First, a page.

Welcome to Africanews

Please select your experience

Watch Live

News

news

South Africa's 'co-pilot' Ramaphosa ready to take over from Zuma

South Africa's 'co-pilot' Ramaphosa ready to take over from Zuma

South Africa

South Africa’s deputy-president, Cyril Ramaphosa, has all but confirmed his intention to run for the presidency of the ruling African National Congress (ANC) come December this year.

The 64-year-old businessman who was speaking at an event in Johannesburg chose to use the analogy of a co-pilot taking over from the captain to steer the ship (South Africa) to a safe destination, the News24 portal reports.

The news portal said in response to a question about who the captain of South Africa’s flight was, he said planes were steered by a captain and a co-pilot, adding that it was the ‘‘co-pilot’s plane now,’‘ a reference to his desire to succeed his boss and current president, Jacob Zuma.

Radical economic transformation is (therefore) not a break with existing policy. It does not represent a new uncertain path.

Whiles speaking at the Gordon Institute for Science and Technology, Ramaphosa stressed that given the current crisis the country was suffering there was the need for radical economic transformation, adding that business did not need to fear the transformation being championed.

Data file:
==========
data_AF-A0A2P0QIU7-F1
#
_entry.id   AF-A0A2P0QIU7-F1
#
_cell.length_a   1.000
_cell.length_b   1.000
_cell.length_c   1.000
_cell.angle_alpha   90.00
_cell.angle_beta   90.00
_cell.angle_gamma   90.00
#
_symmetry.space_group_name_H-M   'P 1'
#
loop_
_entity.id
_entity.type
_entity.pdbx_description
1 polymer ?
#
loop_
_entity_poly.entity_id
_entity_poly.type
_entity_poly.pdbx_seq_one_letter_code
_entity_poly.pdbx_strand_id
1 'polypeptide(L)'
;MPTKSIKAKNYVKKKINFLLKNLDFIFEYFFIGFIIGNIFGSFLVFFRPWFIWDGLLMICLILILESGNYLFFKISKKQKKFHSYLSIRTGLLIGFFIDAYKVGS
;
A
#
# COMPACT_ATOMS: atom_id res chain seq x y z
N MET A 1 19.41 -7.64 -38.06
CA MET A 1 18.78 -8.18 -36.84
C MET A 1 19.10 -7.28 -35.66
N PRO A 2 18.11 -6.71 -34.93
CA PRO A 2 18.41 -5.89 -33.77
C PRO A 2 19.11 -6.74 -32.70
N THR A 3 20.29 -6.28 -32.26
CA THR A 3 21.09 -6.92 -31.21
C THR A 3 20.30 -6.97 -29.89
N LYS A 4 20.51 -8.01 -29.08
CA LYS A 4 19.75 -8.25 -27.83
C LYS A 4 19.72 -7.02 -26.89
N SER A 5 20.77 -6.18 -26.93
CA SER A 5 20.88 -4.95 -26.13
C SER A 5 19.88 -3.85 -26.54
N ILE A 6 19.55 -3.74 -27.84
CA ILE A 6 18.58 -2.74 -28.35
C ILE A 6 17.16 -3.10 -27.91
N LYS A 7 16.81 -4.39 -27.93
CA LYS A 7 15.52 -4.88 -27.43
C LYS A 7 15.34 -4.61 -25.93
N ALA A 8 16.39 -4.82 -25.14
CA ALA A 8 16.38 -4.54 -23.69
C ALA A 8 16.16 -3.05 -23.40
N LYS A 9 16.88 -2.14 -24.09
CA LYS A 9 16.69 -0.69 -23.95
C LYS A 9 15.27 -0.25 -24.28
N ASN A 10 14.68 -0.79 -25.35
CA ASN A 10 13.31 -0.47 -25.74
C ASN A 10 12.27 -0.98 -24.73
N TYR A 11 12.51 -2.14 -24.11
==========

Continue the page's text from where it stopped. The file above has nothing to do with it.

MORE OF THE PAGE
‘‘Radical economic transformation is therefore not a break with existing policy. It does not represent a new uncertain path,’‘ he is quoted to have said.

The former trade unionist is believed to have the backing of powerful trade unions that are traditionally allied to the ANC. The groups have stood with the party through the years of apartheid struggle.

His most viable contender for the ANC presidency is former African Union Commission chairperson and ex-wife of President Zuma, Nkosazana Dlamini-Zuma. She also recently accepted the nomination to become the first female leader of the party.

She also has the backing of amongst others, her former husband, the women’s and youth wings of the party and the ANC’s military veterans group, but a local poll in the country has put Ramaphosa ahead of her.

View more